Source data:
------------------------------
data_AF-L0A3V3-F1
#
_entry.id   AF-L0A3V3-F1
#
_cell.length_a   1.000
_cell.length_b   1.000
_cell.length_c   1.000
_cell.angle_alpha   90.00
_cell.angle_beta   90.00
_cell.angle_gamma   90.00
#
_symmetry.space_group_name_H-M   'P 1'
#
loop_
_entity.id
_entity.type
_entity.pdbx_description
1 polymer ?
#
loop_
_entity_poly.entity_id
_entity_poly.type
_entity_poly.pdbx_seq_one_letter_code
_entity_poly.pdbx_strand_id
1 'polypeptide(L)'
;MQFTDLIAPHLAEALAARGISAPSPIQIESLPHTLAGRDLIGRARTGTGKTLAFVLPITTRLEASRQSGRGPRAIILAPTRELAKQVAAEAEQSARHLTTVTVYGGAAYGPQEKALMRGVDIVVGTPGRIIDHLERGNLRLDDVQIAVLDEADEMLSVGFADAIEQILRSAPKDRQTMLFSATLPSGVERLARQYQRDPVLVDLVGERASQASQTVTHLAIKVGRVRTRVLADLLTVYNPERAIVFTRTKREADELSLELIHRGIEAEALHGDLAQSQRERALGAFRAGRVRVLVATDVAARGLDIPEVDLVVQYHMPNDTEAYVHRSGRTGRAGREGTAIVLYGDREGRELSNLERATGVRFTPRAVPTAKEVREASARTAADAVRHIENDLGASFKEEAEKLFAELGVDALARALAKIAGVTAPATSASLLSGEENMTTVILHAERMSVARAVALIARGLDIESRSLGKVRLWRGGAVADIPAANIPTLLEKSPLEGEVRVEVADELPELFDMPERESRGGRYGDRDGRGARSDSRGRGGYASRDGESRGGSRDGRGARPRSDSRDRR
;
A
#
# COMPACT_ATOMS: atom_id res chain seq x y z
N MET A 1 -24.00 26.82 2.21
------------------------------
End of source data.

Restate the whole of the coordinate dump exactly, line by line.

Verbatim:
data_AF-L0A3V3-F1
#
_entry.id   AF-L0A3V3-F1
#
_cell.length_a   1.000
_cell.length_b   1.000
_cell.length_c   1.000
_cell.angle_alpha   90.00
_cell.angle_beta   90.00
_cell.angle_gamma   90.00
#
_symmetry.space_group_name_H-M   'P 1'
#
loop_
_entity.id
_entity.type
_entity.pdbx_description
1 polymer ?
#
loop_
_entity_poly.entity_id
_entity_poly.type
_entity_poly.pdbx_seq_one_letter_code
_entity_poly.pdbx_strand_id
1 'polypeptide(L)'
;MQFTDLIAPHLAEALAARGISAPSPIQIESLPHTLAGRDLIGRARTGTGKTLAFVLPITTRLEASRQSGRGPRAIILAPTRELAKQVAAEAEQSARHLTTVTVYGGAAYGPQEKALMRGVDIVVGTPGRIIDHLERGNLRLDDVQIAVLDEADEMLSVGFADAIEQILRSAPKDRQTMLFSATLPSGVERLARQYQRDPVLVDLVGERASQASQTVTHLAIKVGRVRTRVLADLLTVYNPERAIVFTRTKREADELSLELIHRGIEAEALHGDLAQSQRERALGAFRAGRVRVLVATDVAARGLDIPEVDLVVQYHMPNDTEAYVHRSGRTGRAGREGTAIVLYGDREGRELSNLERATGVRFTPRAVPTAKEVREASARTAADAVRHIENDLGASFKEEAEKLFAELGVDALARALAKIAGVTAPATSASLLSGEENMTTVILHAERMSVARAVALIARGLDIESRSLGKVRLWRGGAVADIPAANIPTLLEKSPLEGEVRVEVADELPELFDMPERESRGGRYGDRDGRGARSDSRGRGGYASRDGESRGGSRDGRGARPRSDSRDRR
;
A
#
# COMPACT_ATOMS: atom_id res chain seq x y z
N MET A 1 -24.00 26.82 2.21